Xcel Energy Says Solar Eclipse Won't Affect Operations – The Associated Press
A big provider of solar energy in Minnesota and other states says next week's solar eclipse will have no impact on its electric service.
Xcel Energy manages more than 1,000 megawatts of solar in Minnesota, Colorado and New Mexico. The three states will see only a partial eclipse on Monday.
Xcel says it is planning for Monday's solar eclipse the same way it does for a storm or cloud cover, but it's actually easier to prepare for the eclipse since the timing is known.
The company simply shifts to other power sources for its needs.
Tennessee Site Marks Milestone With Shipment To US Nuke Dump – The Associated Press
A processing center for radioactive waste in Tennessee has made its first shipment in five years to the federal government's only underground nuclear waste repository, marking another milestone as the U.S. gets its multibillion-dollar cleanup program back on track.
The cleanup of contaminated tools and other debris from decades of nuclear research and bomb-making at sites around the nation was sidelined in 2014 when a radiation release forced the closure of the southern New Mexico repository.
Shipments to the Waste Isolation Pilot Plant resumed in April following an expensive recovery effort and a major policy overhaul. Officials warned that the pace to start off would be slow and methodical.
Officials at the repository confirmed Friday they are now receiving between three and four shipments a week, most of them coming from the Idaho National Laboratory.
Accreditor Calls For UNM To Explain Audit Into Sports Funds – Albuquerque Journal, Associated Press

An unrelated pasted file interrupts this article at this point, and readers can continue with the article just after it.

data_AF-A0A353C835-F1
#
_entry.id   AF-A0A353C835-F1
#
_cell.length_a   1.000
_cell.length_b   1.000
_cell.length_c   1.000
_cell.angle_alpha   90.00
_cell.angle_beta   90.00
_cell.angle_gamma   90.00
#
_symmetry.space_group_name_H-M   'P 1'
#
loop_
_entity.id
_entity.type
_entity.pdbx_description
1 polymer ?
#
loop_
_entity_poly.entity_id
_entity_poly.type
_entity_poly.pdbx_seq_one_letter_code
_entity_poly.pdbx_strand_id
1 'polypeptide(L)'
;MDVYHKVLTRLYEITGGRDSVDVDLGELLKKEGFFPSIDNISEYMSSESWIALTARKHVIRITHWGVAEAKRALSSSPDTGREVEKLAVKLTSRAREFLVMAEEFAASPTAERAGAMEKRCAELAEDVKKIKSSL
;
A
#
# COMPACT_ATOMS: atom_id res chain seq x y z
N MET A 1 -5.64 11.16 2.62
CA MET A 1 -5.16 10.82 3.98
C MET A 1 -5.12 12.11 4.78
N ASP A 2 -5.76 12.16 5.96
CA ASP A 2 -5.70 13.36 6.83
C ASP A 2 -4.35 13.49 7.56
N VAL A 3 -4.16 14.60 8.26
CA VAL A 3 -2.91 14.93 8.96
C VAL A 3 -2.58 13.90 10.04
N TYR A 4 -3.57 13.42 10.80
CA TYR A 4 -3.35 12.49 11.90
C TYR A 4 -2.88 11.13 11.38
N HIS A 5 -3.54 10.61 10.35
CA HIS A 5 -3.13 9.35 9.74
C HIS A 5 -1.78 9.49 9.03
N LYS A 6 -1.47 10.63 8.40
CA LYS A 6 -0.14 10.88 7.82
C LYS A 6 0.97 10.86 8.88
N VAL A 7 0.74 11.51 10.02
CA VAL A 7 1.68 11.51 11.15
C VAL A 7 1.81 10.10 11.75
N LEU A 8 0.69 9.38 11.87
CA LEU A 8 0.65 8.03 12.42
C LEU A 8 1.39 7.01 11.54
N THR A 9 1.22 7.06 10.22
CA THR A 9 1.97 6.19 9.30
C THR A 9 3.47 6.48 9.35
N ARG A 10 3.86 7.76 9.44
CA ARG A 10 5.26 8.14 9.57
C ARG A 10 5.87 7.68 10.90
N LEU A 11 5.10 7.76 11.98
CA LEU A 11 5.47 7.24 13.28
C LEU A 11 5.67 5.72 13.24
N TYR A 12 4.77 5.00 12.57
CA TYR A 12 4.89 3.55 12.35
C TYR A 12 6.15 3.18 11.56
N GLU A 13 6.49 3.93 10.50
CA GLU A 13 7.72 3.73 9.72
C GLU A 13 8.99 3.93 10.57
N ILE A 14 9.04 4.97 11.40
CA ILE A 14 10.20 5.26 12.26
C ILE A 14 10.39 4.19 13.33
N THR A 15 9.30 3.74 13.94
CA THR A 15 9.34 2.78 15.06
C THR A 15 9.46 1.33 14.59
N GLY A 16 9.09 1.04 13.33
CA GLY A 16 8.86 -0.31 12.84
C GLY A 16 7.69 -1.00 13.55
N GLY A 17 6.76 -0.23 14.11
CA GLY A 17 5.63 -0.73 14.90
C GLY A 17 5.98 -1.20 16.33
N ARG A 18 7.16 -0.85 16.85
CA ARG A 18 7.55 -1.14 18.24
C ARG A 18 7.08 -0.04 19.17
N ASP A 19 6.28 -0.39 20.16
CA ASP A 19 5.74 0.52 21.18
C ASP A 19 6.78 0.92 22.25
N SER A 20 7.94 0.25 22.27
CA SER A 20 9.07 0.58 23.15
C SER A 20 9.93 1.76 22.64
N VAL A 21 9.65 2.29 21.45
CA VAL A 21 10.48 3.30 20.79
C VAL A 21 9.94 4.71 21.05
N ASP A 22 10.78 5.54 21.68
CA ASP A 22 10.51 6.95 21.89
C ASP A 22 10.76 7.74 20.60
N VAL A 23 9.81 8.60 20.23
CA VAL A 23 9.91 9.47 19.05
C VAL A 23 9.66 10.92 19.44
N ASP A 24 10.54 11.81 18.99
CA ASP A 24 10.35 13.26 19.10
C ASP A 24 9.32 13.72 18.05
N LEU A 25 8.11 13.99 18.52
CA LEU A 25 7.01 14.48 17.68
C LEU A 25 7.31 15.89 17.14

University of New Mexico's accreditation agency wants an explanation for why the university is under a special audit by the state Auditor's Office.
The Albuquerque Journal reports State Auditor Tim Keller's office started the audit May 31 amid questions about athletic fundraising and expenses.
Higher Learning Commission coordinator Robert Rucker on Tuesday said the agency has "concerns regarding the university's financial oversight."
Rucker says the audit raised questions about the university's compliance with accreditation criteria. He requested a response by Sept. 14.
The university released a statement saying it "considers a response to this request to be of utmost importance to clarify that the university is financially sound."
The university has acknowledged in the past that it used about $25,000 in public funds to pay booster expenses on a 2015 golf junket in Scotland.
Albuquerque On The Path To Lighting City With LEDs – Associated Press
Officials in New Mexico's largest city say they are on the path to lighting Albuquerque's streets with LED street lights in an effort to save money and protect the night sky from light pollution.